Unoccupied and unsold by the erstwhile curators of the Dundas family’s various estates, Dundas Castle sat abandoned through the Great Depression and the Second World War. In 1949 a consortium of African-American masons bought the 36-room moldering pile for the then-grand sum of $47,500. They may have made the purchase as an investment: the building today shows little if any sign of habitation with brickwork in the many fireplaces unsullied by soot.
Had the investors heard about Dundas Castle’s unfortunate history? They must have been aware – news spreads fast in Roscoe (pop. 541 in 2010), the nearest settlement of any size. The area’s relative isolation may have also served to dissuade potential buyers. New York State Route 17 saw initial construction begin in 1924 but the final section near Roscoe was one of the last to be completed, many decades later.
These days, Dundas Castle is gently deteriorating in splendid fashion, as photo-documented here by Joel Handwerk of Lithium Photo. “Getting to this castle involves walking up a steep incline through a pine forest,” relates the photographer. “Upon reaching the top, you are greeted with a frontal view of the castle that is like something from another world. There is no evidence of modern construction from the outside of the castle. Just a dirt road, stone structures, and pine trees.”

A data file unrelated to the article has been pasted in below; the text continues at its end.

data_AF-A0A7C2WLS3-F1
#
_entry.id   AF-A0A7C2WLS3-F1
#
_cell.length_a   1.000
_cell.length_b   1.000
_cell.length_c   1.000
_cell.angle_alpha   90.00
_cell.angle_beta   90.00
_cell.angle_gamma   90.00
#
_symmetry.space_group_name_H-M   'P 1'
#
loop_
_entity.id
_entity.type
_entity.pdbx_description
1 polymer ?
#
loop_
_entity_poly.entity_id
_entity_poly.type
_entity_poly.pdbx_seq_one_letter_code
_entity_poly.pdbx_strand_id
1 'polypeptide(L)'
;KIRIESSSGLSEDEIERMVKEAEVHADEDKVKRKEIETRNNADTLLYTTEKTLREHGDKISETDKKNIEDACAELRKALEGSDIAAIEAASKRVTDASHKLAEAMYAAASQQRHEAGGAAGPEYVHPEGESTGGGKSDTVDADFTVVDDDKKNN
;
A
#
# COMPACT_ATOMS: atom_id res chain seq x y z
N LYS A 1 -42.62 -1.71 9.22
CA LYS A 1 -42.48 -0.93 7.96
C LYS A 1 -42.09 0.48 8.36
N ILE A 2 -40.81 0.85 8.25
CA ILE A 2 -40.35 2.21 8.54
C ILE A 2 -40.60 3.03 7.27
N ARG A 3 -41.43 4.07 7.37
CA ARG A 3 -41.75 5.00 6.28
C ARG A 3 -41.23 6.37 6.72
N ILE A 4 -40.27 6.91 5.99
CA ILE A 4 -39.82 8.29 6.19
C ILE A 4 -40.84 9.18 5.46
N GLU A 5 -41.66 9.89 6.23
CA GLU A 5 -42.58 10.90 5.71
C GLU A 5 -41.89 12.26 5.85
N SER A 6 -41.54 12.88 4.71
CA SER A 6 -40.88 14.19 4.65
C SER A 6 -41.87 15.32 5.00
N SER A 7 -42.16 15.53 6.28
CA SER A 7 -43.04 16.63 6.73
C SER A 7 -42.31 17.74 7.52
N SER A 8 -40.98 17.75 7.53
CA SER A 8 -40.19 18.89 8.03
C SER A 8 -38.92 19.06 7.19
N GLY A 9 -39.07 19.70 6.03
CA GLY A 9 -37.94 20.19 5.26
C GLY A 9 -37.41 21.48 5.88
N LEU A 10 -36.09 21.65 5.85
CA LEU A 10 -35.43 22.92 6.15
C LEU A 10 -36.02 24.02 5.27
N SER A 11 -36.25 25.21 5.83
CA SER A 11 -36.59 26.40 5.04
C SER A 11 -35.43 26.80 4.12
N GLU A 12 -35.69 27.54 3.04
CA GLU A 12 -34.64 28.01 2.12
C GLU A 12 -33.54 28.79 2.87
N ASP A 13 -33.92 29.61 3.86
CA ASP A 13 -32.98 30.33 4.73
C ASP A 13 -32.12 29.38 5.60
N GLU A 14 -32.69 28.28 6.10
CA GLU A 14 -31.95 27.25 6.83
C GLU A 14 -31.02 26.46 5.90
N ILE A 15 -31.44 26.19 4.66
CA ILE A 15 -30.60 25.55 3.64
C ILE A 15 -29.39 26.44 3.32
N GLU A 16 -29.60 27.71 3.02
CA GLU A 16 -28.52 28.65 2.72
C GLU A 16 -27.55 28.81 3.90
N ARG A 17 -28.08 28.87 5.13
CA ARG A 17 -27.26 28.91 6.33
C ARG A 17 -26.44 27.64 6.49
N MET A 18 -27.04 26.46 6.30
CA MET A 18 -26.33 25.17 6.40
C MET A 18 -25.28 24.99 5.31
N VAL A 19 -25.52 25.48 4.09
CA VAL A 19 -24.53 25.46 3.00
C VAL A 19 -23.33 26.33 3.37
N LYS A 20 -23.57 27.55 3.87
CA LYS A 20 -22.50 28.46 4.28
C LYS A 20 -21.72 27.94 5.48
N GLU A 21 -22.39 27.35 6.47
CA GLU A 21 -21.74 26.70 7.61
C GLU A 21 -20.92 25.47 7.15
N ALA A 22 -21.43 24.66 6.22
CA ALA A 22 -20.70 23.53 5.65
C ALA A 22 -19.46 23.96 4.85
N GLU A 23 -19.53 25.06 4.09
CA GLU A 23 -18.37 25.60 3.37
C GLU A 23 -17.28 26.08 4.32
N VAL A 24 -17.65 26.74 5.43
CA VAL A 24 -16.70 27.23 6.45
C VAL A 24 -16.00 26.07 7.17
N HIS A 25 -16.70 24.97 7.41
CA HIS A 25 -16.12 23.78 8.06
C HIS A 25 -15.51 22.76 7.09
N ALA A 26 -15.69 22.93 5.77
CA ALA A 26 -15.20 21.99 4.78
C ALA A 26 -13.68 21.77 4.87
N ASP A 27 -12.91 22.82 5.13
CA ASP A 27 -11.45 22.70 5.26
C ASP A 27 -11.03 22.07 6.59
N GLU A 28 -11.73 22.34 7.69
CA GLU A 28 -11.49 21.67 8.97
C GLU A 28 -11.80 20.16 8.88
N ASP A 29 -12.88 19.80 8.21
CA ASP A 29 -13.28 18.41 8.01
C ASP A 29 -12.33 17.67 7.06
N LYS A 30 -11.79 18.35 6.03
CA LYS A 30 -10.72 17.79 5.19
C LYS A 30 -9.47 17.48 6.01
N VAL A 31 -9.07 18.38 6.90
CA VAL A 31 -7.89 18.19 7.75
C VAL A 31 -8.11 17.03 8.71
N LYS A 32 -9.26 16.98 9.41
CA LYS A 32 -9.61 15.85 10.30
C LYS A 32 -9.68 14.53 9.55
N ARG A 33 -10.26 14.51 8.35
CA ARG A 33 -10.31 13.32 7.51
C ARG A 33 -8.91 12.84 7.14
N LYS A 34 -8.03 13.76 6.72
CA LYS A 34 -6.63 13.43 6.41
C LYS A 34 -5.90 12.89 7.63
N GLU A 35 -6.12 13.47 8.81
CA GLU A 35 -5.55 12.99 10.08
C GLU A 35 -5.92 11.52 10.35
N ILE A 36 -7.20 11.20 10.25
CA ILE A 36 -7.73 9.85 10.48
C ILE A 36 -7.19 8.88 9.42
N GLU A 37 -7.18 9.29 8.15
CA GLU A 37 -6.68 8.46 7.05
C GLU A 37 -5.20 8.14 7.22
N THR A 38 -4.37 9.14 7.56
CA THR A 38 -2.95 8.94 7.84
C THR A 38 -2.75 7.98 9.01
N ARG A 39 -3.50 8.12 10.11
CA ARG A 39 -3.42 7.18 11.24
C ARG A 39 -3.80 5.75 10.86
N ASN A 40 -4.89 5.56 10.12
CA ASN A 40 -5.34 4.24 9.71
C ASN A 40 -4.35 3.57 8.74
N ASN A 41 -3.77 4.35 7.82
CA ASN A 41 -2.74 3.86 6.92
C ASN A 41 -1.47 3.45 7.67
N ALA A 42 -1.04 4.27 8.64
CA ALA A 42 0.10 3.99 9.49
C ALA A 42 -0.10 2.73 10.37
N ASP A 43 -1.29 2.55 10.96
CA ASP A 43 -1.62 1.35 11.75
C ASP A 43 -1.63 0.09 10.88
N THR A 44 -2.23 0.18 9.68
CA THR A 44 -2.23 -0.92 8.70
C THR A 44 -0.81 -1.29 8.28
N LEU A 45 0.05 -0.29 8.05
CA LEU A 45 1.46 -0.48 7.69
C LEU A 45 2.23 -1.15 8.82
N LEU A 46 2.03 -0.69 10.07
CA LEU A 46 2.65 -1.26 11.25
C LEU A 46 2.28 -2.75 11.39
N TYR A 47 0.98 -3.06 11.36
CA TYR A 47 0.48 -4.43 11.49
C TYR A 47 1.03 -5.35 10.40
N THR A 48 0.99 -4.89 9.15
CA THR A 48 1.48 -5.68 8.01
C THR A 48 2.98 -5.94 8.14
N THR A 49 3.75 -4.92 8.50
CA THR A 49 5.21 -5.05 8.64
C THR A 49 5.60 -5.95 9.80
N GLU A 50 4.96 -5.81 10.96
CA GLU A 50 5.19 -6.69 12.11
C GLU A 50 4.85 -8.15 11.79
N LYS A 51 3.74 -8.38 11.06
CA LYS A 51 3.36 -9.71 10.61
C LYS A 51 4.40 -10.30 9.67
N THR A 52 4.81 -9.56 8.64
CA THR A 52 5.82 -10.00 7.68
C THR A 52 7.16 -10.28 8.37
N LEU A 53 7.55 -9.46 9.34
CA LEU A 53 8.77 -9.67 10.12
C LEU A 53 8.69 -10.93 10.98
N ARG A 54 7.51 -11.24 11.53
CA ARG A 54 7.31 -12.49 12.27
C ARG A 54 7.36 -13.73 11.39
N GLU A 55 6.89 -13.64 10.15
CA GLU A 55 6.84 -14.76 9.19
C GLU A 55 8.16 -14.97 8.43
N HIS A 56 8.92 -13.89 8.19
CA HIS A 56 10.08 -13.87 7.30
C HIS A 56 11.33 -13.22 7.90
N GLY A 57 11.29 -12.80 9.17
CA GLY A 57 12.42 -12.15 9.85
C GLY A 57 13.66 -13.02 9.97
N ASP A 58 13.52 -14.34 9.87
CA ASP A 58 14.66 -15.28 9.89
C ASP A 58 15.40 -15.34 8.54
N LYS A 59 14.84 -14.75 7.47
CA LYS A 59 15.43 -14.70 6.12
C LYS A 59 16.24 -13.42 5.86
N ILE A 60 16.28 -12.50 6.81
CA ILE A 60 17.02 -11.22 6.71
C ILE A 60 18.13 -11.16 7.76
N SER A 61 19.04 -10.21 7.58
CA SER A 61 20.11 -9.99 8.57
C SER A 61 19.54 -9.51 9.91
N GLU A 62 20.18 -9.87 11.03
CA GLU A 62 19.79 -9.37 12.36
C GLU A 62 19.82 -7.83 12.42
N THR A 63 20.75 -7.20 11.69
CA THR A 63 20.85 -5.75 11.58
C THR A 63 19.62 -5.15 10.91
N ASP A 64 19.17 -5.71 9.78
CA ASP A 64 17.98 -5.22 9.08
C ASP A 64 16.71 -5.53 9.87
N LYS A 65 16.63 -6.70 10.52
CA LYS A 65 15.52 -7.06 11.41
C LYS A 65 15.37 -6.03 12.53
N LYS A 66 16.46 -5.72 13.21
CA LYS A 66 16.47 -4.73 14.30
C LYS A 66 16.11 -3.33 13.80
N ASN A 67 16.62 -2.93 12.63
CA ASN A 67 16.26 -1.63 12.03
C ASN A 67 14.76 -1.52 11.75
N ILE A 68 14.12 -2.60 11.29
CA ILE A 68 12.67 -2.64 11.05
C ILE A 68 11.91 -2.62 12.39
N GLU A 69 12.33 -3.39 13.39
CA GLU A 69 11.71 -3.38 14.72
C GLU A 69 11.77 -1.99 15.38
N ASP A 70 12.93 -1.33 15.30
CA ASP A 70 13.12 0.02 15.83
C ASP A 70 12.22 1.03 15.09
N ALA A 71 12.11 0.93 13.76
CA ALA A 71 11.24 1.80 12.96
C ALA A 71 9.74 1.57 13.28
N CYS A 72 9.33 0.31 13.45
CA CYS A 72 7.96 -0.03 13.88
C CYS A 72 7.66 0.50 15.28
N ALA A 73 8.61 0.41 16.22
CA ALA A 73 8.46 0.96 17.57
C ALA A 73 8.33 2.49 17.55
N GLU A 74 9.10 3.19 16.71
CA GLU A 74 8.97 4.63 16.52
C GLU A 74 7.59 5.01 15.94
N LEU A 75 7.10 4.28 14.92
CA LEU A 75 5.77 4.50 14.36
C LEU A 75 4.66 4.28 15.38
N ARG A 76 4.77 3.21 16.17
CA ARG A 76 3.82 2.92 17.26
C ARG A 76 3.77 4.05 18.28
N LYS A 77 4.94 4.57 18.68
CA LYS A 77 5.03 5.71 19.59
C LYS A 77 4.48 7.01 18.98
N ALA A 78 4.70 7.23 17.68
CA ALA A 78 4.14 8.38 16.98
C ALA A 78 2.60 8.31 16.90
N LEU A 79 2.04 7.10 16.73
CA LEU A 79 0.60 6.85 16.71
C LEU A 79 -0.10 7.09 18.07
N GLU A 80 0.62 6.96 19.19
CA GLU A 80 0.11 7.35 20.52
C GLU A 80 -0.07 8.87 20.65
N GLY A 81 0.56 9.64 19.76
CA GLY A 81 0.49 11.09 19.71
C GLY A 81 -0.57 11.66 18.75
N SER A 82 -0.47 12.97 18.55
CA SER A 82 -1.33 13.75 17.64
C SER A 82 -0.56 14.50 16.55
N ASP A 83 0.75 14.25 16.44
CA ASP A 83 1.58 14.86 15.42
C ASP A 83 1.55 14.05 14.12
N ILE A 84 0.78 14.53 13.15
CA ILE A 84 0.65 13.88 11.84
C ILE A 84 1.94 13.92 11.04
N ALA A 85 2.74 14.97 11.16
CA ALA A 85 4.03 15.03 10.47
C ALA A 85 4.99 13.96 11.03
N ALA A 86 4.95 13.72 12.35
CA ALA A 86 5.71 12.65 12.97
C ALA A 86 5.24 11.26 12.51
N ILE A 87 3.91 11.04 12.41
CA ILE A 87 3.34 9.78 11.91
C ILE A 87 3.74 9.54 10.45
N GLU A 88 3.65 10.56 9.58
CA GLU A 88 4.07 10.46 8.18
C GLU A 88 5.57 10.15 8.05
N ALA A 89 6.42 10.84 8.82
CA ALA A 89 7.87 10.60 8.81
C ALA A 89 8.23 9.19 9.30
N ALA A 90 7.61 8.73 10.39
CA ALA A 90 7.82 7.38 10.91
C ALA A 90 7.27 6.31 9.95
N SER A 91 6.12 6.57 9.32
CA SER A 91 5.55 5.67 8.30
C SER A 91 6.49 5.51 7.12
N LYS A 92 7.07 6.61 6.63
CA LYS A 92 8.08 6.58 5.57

“Following the dirt path takes you to the interior courtyard, complete with a high stone wall,” adds Handwerk. “As you enter the castle, you find some modern features that reveal the 20th Century build. Steam radiators, electric switches, and bathroom fixtures somewhat dilute the ancient exterior façade but many of the interior design choices seek to pay tribute to medieval styles.”
Ravenloft & Found
“Besides some graffiti tags, the building is mostly original, and hopefully will someday be restored by a new owner,” concludes Handwerk. That may be wishful thinking on the photographer’s part: the glory days of the Catskills as a “Borscht Belt” resort destination have long since passed. Handwerk refers to the complex as “Ravenloft Castle” in his posted photoshoot, by the way, likely due to concerns over revealing its identity and location to those who may not appreciate its beauty and historical significance. Although we salute his concern, our research has shown the castle to be well-known.
Ralph Dundas’ majestic vision of Scottish lairdship continues to resonate through the somewhat stereotypical medieval features of the fantastic dream castle that bears his family name, unbesmirched by that scruffy “lived-in look”. Credit and kudos to Joel Handwerk for his evocative images, and a tip ‘o the cap to those imported Finnish masons for constructing a castle not only OF the ages, but FOR the ages.